Cognitive Benefits in Multiple Sclerosis Seen Through Transcranial Current Stimulation


Patients with multiple sclerosis (MS) showed cognitive improvements with frontal theta-transcranial alternating current stimulation (tACS), suggesting its potential as a tolerable and beneficial intervention.

Wan Yu Hsu, PhD, an associate specialist in the department of neurology at the University of California, San Francisco

Wan Yu Hsu, PhD

In a recently published study evaluating frontal theta-transcranial alternating current stimulation (tACS), patients with multiple sclerosis (MS) treated with this approach demonstrated improvements in cognitive function after 1 session. The intervention was acceptable and tolerable, with information processing sleep enhanced and greater impacts not predicated on higher stimulation intensity.

Led by Wan Yu Hsu, PhD, an associate specialist in the department of neurology at the University of California, San Francisco, the study included 60 patients with MS with cognitive complaints who were enrolled into 3 groups (2 mA tACS, 1 mA tADCS, or sham) in a double-blind, randomized fashion. The study began with patients being assessed on their cognitive status through the Symbol Digit Modalities Test (SDMT), a traditional measure used.

Patients then underwent a 20-minute stimulation and completed a tablet-based cognitive program, AKL-T03 (vide infra). This cognitive tool was developed based on the principles of NeuroRacer, an innovative cognitive intervention designed to engage fontal neural networks. After the 20-minute stimulation, a second SDMT assessment was performed using a different version. Both participants, and study staff administering the tACS and SDMT, were blinded to stimulation group assignment.

READ MORE: ATA188 Fails to Meet Primary End Point In Phase 2 EMBOLD Study of Progressive MS

Coming into the study, 18 of the 60 participants had SDMT z scores of –1.5 or lower, with no significant differences between groups. Overall, after the intervention, the mean increase in SDMT was 2.89 (±1.31) for the 2mA group, 5.05 (±1.39) for the 1mA group, and 0.40 (±1.19) for controls. Post-hoc paired t-tests showed that the 1mA group had a significant increase in SDMT score after stimulation (t[17] = 3.63; P = .002; adjusted P with FDR correction = 0.006), the 2mA group showed a marginal improvement in SDMT score (t[18] = 2.20; P = .04; adjusted P = .06), while there was no significant change among controls (t[19] = 0.33; P = .74; adjusted P = .74).

Clinical Takeaways

  1. Efficacy of Frontal Theta-tACS in MS Patients: The study indicates that frontal theta-transcranial alternating current stimulation (tACS) may offer cognitive improvements in patients with multiple sclerosis (MS) after a single session, suggesting its potential as a viable intervention for addressing cognitive concerns in this population.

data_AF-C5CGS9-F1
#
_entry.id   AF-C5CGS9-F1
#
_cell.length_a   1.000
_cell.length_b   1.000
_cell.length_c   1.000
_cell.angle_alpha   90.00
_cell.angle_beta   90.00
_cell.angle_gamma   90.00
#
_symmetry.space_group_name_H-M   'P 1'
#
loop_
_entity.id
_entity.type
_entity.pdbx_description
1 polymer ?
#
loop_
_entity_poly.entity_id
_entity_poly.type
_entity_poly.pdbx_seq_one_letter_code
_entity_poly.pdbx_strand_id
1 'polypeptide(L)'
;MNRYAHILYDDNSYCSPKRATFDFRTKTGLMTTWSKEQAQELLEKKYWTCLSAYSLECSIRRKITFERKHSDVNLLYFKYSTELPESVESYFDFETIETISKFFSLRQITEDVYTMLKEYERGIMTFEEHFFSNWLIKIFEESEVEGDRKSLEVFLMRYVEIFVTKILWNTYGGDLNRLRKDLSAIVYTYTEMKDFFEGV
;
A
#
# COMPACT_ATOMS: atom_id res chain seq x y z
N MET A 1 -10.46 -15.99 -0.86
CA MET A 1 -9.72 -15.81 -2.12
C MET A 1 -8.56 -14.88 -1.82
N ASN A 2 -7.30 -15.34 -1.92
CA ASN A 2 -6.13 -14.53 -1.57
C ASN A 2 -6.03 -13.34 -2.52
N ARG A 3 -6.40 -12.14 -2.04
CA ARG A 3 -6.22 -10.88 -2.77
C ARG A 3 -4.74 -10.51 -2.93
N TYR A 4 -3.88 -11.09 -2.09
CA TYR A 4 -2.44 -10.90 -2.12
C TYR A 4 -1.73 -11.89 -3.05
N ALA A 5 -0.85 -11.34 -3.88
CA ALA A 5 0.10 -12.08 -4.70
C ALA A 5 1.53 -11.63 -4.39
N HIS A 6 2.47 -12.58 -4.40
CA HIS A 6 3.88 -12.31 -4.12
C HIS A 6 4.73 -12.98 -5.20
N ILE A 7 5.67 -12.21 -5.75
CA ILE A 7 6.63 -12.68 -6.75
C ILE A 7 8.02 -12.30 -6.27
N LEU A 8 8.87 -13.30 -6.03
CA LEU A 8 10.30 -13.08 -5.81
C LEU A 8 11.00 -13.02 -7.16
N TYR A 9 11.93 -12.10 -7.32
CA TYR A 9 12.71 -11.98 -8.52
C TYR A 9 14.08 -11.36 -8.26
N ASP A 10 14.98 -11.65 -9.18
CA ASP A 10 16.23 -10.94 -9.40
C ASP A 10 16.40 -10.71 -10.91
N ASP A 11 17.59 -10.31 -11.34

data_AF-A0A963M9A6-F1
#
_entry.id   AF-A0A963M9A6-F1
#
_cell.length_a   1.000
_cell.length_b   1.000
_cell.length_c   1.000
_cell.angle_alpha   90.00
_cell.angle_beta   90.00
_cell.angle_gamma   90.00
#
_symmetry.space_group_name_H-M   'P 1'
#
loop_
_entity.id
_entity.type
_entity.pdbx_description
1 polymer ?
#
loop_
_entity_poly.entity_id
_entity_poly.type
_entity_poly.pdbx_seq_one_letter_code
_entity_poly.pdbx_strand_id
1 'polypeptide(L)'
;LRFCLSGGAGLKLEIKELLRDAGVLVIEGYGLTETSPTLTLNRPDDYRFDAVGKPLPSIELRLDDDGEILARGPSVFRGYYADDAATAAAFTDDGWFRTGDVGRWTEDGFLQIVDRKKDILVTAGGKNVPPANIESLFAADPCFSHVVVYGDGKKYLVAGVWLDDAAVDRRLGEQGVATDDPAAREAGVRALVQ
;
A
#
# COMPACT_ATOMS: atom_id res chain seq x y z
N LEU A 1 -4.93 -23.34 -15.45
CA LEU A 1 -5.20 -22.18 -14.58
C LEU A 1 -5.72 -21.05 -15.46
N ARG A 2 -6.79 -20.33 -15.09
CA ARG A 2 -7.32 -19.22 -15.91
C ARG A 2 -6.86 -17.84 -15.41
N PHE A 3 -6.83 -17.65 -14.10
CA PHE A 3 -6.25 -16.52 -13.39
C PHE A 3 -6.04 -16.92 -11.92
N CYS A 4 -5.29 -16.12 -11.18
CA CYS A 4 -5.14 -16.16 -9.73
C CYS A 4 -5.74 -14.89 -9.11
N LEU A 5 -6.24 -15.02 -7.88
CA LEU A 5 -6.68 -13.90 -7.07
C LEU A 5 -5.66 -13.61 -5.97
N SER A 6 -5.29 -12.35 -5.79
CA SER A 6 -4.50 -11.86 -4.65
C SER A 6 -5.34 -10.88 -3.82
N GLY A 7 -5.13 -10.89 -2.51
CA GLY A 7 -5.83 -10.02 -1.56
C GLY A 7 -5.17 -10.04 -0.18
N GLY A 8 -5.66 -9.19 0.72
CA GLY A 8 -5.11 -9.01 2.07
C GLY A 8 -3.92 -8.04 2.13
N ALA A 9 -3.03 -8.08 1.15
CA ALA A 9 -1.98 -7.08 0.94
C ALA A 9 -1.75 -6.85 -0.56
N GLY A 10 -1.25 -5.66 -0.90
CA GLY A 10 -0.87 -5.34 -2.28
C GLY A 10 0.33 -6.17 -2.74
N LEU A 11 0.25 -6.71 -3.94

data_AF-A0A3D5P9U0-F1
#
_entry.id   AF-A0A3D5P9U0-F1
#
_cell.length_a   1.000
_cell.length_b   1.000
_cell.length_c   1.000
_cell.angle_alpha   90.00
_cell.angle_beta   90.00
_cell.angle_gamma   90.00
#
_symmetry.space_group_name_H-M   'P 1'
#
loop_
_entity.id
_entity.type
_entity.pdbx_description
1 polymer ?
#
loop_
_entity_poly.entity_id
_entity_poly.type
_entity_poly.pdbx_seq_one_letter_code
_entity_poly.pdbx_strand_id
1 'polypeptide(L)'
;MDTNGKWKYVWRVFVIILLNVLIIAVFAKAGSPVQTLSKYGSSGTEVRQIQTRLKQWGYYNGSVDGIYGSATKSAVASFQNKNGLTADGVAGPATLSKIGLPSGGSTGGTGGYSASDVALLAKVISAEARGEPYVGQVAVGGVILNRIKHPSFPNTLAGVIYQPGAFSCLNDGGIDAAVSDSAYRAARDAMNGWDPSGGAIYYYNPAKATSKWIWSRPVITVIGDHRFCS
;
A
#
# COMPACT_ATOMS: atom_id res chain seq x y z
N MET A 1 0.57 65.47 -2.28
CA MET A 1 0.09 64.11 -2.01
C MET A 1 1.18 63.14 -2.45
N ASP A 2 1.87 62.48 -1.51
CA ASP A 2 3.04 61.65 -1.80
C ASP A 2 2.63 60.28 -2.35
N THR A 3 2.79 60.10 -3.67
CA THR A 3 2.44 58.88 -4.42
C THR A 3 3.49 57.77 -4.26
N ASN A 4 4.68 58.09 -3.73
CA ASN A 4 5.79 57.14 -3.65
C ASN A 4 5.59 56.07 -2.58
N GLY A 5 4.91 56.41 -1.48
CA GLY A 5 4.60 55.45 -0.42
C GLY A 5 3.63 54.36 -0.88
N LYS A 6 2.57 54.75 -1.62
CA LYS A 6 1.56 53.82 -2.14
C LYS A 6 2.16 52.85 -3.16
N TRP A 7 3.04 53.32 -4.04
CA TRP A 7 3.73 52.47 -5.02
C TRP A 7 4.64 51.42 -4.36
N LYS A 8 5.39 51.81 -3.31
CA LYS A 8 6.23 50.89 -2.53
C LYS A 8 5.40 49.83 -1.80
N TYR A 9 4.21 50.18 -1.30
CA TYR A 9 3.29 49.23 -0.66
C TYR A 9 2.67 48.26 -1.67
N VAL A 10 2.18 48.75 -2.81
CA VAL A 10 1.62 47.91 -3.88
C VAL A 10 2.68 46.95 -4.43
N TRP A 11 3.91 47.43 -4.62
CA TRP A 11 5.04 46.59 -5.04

2. Tolerability and Safety: The intervention was found to be acceptable and tolerable among MS patients, with no significant adverse effects reported. The mean scores for potential unpleasant tACS-induced sensations were low, supporting the notion that tACS is a well-tolerated approach in this patient population.
  3. Dose-Dependent Cognitive Effects: While both 1mA and 2mA groups demonstrated cognitive improvements, the 1mA group showed a significant increase in Symbol Digit Modalities Test (SDMT) score after stimulation, with a higher proportion achieving clinically meaningful improvements. Neurologists should consider the potential dose-dependent effects when exploring the application of frontal theta-tACS in MS patients for cognitive enhancement.

Additional findings revealed that 38% and 61% of those in the 2mA and 1mA groups, respectively, achieved clinically meaningful improvements in SDMT, demonstrated by increases of at least 4 points, vs 30% of those on sham. Pre- and post-tACS assessment using Cohen’s d showed a small effect size for the 2mA group (0.32) and a moderate effect size for the 1 mA group (0.51). Overall, the 1mA groups benefited from prefrontal cortex (PFC) theta-tACS but the 2mA group only showed a numerical improvement in SDMT after theta-tACS.

Between the 3 groups, there was no reported statistical differences in the perception of stimulation and all patients completed the study. On a scale of 0 to 10, the mean scores of each of the 10 potential unpleasant tACS-induced sensations were rated below 2.5 by patients, otherwise considered noticeable but not interfering with activities. None of the patients rated a score of 7 or higher for any of the 10 sensations, suggesting that tACS is a tolerable approach in this patient population.

"Mechanisms underlying tACS-induced SDMT improvement, such as changes in frontal theta activity, frontal network efficiency, and how the heterogeneity of brain lesions affects stimulation effect, should be investigated," the study authors wrote. "Further, the safety and tolerability of the intervention support its investigation in domains other than cognition, such as pain and fatigue. Finally, the acceptability and portability benefits suggest that it will be possible to adapt tACS to remote, in-home settings, which would substantially improve access to rehabilitative treatments to mitigate cognitive dysfunction in PwMS."

1. Hsu WY, Zanto T, Park JE, Gazzaley A, Bove RM. Effects of transcranial alternating current stimulation on cognitive function in people with multiple sclerosis: a randomized controlled trial. Mult Scler & Relat Disord. 2023;80:105090. doi:10.1016/j.msard.2023.105090.
Related Videos
Shahid Nimjee, MD, PhD
Peter J. McAllister, MD, FAAN
Video 6 - "Utilization of Neuroimaging in Alzheimer’s Disease"
Video 5 - "Contribution of Multiple Pathways to the Development of Alzheimer’s Disease"
Michael Levy, MD, PhD
Michael Levy, MD, PhD
Michael Kaplitt, MD, PhD
© 2024 MJH Life Sciences

All rights reserved.